The Usual Tech Ramblings

1Password and Broken Certificate Chains

A while back I switched to a Linux based desktop for my work machine as I’d been doing a lot of work in ansible, and having to keep messing with VMs, SSH, and various other hoops was just getting annoying. I’d wanted to experiement for a while anyway. That’s another set of posts. This one is about the 1Password client, and certificate chains.

Changing certbot validation plugin

I use letsencrypt for a number of SSL certificates, from websites to mail services. The easiest, and documented, way of requesting certificates is via certbot. This is a utility that makes requesting certificates easy. I won’t go into the details on how to do that, there’s plenty of guides, and even the documentation gives you some straight forward steps.

Stop The Bleed

May has been announced as the first “National Stop the Bleed” month. The “Stop the Bleed” campaign is trying to empower the general public to know how to deal with life-threatening emergencies usually involving rapid blood loss. There are many situations that this could be useful for a bystander, from car accidents to gardening disasters to gun shot injuries.

Raspberry Pi and the dreaded undervoltage notifications

I’ve been tinkering around a bit with some Raspberry Pi devices for a number of little projects. Most have been related to home automation type stuffs, but I built one with a 7” screen that I was going to be using for radio related things. Originally I had tossed together a small kit with an SDR for use on a camp because I knew we’d be out of range of cell phone service, but knew I could still take advantage of radio frequencies from satellites to get data, specifically weather images.

All seemed to go quite nicely, however I’d sporadically get a lightening bolt in the top right corner of the screen. I later learned that was a sign that the Pi wasn’t getting enough voltage. This baffled me, I was using a decent 5v power source, why would I get a low voltage issue? So I decided to do some research.

Powershell and Single vs Double Quotes

There can be a lot of confusion over when to use single and double quotes in PowerShell. Not to worry, this confusion carries over in a lot of programming and scripting languages, such as Perl. I figured, after seeing this tweet, to give a quick run down of when to use which one.

Powershell and Progress Feedback

We’re in the process of enabling a new password reset portal, which requires additional licensing features in Office 365. There is no “apply all” button in Office 365, so we have to do this via script to tens of thousands of user accounts. The problem with this is some form of feedback to the user running the script. PowerShell has some really handy built in features, such as a progress bar. It’s amazing how something so simple can make you feel a little better, and actively see how things are moving along. Progress bars in PowerShell are incredibly simple.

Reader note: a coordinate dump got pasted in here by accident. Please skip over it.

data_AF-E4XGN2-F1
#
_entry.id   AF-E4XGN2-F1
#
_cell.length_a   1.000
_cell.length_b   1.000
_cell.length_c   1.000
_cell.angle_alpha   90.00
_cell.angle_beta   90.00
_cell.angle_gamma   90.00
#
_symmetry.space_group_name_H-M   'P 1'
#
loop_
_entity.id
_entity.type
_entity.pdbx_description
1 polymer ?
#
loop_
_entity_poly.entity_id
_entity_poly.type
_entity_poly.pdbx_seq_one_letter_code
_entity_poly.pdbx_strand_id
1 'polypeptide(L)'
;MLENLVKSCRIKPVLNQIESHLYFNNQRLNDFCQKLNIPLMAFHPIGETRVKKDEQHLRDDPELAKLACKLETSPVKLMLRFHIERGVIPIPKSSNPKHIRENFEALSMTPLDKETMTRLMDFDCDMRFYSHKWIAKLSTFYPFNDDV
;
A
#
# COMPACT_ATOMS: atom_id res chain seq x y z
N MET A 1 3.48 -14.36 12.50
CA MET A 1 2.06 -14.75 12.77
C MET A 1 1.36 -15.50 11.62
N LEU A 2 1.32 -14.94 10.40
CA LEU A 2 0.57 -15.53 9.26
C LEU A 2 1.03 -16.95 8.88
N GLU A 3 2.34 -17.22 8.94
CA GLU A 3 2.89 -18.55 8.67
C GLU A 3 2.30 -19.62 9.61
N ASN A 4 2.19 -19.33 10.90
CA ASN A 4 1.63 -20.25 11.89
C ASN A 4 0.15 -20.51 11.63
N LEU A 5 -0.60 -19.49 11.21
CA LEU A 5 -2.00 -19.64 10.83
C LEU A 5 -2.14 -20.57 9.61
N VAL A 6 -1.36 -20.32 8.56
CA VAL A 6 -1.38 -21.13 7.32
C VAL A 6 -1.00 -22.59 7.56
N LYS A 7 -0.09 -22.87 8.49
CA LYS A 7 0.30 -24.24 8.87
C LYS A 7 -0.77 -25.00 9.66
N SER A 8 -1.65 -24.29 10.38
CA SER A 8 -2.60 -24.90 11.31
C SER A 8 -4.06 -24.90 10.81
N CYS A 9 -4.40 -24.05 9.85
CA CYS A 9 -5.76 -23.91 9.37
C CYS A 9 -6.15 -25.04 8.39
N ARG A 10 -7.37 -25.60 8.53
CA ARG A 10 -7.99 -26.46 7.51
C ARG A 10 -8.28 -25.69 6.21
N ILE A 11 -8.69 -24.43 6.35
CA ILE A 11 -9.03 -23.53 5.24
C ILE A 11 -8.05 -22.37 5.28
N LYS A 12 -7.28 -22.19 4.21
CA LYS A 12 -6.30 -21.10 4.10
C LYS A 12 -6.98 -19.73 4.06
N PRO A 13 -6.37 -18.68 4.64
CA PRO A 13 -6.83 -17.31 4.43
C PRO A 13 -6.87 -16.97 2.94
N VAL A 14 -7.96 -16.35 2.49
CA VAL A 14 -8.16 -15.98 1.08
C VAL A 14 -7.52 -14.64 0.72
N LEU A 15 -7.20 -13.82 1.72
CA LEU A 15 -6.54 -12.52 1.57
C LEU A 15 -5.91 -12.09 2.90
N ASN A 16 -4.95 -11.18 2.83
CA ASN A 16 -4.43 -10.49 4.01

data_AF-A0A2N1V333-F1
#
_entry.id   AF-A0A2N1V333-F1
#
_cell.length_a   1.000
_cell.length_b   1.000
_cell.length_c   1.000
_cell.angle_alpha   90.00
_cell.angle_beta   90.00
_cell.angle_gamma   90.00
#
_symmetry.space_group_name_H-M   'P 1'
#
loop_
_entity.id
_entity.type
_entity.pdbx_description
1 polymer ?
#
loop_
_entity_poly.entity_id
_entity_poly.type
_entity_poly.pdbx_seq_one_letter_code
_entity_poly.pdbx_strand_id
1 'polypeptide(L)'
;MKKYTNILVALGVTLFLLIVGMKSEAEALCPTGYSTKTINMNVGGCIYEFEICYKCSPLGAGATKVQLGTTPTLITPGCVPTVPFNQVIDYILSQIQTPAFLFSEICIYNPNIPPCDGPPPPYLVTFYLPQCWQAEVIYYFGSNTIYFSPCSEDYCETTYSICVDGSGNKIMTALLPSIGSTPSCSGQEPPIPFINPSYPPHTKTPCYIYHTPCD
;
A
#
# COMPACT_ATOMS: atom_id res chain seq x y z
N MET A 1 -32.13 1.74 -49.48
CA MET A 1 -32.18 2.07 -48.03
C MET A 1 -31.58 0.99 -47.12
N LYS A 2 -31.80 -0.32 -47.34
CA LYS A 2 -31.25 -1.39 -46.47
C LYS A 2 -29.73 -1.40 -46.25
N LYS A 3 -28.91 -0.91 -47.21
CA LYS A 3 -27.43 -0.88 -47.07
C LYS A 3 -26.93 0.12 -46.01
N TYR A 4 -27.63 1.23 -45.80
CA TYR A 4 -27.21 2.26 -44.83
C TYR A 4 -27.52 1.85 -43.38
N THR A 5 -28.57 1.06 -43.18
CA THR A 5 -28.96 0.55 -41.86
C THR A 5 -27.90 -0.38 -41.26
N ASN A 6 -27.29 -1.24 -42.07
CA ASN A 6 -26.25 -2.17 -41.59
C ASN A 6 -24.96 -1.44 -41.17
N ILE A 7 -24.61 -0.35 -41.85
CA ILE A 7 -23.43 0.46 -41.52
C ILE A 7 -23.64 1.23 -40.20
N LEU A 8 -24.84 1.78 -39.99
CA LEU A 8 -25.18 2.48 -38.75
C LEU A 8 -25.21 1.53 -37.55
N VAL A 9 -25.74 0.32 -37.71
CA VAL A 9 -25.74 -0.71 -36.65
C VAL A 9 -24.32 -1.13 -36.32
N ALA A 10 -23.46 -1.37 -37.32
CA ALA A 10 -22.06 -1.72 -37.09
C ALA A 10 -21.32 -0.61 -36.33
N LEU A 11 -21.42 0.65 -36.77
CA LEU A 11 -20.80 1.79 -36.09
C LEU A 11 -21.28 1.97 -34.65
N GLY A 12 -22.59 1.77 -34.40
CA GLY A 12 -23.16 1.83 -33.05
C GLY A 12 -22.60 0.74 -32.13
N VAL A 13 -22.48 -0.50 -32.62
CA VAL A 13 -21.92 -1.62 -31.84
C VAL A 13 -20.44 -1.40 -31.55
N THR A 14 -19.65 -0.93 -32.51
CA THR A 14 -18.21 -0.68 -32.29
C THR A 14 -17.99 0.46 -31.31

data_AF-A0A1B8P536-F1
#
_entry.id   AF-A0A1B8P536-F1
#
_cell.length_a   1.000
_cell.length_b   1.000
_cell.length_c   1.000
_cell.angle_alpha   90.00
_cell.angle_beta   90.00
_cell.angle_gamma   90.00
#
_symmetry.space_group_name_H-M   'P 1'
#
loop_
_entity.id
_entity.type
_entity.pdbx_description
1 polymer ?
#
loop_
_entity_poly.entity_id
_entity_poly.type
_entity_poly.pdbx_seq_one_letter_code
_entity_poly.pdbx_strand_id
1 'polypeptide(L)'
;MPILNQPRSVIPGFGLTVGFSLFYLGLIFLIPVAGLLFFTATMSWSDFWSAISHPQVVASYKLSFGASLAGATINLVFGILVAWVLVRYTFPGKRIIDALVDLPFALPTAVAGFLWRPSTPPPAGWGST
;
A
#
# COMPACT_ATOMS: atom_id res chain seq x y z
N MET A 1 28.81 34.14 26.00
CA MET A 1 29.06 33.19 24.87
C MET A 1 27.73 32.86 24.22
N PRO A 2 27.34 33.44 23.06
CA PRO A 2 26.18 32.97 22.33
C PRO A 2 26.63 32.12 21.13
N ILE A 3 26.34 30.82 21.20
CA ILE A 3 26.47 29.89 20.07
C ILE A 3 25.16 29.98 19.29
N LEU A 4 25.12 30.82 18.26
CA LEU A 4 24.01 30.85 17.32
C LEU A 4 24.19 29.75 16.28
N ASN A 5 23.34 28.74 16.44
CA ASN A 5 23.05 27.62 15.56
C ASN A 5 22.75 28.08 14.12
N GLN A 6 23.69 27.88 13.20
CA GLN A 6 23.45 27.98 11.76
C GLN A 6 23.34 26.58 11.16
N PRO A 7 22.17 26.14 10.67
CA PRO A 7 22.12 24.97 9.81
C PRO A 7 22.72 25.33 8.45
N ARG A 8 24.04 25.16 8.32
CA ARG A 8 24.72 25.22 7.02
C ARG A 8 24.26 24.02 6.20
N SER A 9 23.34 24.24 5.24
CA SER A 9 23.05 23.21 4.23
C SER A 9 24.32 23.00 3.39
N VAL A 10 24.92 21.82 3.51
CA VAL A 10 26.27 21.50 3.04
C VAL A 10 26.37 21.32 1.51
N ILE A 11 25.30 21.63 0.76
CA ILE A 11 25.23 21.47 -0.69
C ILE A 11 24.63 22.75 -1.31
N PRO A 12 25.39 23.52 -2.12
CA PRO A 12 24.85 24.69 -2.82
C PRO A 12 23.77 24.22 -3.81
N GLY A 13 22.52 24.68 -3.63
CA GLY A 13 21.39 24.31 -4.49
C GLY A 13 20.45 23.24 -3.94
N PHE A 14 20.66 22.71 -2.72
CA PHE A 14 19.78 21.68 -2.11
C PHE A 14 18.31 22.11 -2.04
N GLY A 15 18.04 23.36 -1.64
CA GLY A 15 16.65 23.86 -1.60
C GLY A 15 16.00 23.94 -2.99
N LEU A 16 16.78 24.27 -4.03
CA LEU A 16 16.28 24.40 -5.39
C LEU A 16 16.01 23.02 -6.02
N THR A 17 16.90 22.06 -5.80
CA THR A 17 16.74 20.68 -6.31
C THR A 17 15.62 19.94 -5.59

Custom Windows installs, injecting drivers and features

One of the things about new platforms is you get to learn new technology. One of the bad things about new technology is that a lot of your old methods might not apply anymore, need to be revamped, or redesigned completely. Over the last few months I’ve been working on a Cisco UCS platform deployment for work. This has been quite exciting as it’s all new gear, and it’s implementing stuff that we should have been able to implement with our HP BladeSystem C7000 gear.

vSphere Storage vMotion times out at 32% when crossing SANs

A year or so ago we’d upgraded our vCenter from 4.1 to 5.1, and with this upgrade, and some features built into our SAN, we got access VAAI. For example, removing a VM guest would tell the SAN that the guest had been removed, and if the data store had been thinly provisioned from the SAN, it’d clean up and shrink down the space used (in theory).

Another feature we discovered was something called “fast copy”. In layman’s understanding of this feature, when a storage vMotion request was created, the SAN was notified of the request, and the SAN would process the copying of the bits in the background. This is handy because it stops the data from being sent from SAN to host to SAN again. This causes a good speed up with regards to moving machines around.